BUENOS AIRES (Reuters) - Argentina’s leading labor federation announced plans on Tuesday to stage a one-day general strike on June 25 to protest against government economic policies, raising pressure on President Mauricio Macri as he moves to speed up spending cuts to balance the budget.
In a statement, the CGT umbrella group of labor organizations slammed the $50 billion funding deal the South American country signed with the International Monetary Fund (IMF) last week, arguing it would “dramatically aggravate an already unsupportable social situation.”
Macri’s announcement last month that Argentina was turning to the IMF, following a run on the peso currency, raised political risk for the government. Many Argentines blame IMF-imposed austerity policies for aggravating a 2001-2002 economic crisis that plunged millions into poverty.
As part of the $50 billion funding deal, the South American country said it would target a fiscal deficit equivalent to 1.3 percent of gross domestic product in 2019, down from 2.2 percent previously. The government aims to balance the budget by 2020 and achieve a primary surplus in 2021.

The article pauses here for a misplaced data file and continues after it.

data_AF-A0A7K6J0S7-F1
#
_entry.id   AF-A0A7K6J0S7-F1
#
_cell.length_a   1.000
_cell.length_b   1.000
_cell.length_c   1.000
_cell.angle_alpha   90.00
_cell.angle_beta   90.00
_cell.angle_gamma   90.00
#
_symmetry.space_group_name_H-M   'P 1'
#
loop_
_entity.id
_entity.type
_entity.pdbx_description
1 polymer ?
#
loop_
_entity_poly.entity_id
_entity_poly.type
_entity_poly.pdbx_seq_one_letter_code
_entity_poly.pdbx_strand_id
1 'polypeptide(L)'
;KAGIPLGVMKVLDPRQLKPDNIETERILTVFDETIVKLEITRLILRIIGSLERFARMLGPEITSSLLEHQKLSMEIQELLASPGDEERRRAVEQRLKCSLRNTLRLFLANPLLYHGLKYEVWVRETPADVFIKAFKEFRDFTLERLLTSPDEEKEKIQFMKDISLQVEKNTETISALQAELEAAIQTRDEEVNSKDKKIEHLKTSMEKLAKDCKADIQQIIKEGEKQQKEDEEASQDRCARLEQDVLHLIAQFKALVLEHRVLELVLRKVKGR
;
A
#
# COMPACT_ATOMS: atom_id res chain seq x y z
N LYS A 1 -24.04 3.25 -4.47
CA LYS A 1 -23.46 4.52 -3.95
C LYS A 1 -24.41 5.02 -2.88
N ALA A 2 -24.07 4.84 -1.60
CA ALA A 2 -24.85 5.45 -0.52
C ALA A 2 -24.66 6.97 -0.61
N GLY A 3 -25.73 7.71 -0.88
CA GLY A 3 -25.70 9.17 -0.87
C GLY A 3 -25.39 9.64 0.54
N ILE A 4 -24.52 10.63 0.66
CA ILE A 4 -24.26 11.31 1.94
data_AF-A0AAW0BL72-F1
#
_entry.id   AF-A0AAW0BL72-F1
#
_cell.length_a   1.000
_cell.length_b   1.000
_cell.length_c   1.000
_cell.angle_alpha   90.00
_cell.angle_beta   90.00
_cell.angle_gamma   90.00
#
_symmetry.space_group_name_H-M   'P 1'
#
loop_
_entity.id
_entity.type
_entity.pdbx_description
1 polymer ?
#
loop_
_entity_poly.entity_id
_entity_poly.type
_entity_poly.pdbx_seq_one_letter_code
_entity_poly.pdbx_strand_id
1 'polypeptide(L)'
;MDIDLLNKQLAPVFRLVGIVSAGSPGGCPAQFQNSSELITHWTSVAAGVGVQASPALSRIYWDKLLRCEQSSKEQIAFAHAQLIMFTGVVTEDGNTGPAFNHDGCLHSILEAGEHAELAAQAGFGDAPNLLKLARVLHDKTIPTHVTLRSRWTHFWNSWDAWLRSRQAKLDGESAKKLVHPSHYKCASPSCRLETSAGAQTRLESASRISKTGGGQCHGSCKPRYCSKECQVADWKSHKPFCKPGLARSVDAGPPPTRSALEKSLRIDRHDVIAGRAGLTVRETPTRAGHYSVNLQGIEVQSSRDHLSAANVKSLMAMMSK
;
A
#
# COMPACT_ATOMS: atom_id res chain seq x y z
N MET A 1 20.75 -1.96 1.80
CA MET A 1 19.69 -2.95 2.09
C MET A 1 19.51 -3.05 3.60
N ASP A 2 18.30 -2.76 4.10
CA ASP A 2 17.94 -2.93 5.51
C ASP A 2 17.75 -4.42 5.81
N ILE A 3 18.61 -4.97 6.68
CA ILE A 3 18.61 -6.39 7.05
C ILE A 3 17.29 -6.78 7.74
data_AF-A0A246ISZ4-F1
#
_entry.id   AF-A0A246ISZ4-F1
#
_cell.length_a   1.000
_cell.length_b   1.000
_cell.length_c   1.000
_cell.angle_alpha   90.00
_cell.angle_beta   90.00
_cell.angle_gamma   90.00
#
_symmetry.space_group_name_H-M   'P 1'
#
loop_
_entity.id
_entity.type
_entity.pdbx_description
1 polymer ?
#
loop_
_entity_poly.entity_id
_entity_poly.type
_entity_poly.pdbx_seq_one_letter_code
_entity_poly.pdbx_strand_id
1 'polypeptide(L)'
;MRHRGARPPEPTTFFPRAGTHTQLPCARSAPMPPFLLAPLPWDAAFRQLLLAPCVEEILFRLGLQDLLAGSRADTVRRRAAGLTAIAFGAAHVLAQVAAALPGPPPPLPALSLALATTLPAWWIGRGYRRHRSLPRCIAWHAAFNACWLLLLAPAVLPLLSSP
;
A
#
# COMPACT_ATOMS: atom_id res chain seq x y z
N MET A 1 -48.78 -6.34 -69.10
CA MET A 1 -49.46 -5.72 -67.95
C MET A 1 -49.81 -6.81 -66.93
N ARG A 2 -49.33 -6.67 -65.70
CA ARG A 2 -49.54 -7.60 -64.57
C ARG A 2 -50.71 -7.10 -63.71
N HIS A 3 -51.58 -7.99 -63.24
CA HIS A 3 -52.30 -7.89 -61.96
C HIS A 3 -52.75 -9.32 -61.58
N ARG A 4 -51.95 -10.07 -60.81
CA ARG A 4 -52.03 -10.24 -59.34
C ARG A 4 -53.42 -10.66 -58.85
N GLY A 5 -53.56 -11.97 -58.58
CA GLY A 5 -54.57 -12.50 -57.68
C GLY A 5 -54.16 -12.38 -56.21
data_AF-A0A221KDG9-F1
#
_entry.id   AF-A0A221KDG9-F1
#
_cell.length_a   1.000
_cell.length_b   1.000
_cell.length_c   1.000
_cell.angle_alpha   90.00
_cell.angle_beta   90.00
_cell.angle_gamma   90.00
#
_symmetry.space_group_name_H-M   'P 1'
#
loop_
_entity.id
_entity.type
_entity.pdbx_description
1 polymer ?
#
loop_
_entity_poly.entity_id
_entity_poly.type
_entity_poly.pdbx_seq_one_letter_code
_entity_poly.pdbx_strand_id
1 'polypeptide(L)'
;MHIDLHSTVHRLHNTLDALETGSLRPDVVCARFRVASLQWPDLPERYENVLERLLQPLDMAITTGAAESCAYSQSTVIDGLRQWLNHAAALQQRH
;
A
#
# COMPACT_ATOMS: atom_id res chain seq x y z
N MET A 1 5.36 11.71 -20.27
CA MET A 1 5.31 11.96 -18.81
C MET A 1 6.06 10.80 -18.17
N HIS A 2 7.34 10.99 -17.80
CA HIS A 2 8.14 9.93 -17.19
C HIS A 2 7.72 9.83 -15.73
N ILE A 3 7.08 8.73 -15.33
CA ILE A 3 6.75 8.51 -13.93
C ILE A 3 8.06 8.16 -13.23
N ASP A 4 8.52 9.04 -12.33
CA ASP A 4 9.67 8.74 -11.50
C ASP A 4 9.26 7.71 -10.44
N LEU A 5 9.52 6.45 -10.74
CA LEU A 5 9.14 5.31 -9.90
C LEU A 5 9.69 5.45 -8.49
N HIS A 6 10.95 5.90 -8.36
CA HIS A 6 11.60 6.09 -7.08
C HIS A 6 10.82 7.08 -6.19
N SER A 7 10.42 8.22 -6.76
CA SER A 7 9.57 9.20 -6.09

The government and the IMF said social programs for the poor would be untouched under the deal. But opposition politicians and labor groups have said it would add to the pain already felt by working class Argentines as a result of utility price hikes and rising imports that have harmed the industrial sector.
“The vulnerable sectors are more vulnerable by the day,” Hector Daer, one of the three union leaders that make up the CGT triumvirate, told reporters.
The CGT’s strike plans are the latest sign that labor pressure is building on Macri, a market-friendly former businessman who took office in December 2015 following more than a decade of populist rule. On Monday, the powerful teamsters’ union announced a truckers’ strike for June 14.
Reporting by Luc Cohen and Walter Bianchi; Editing by Tom Brown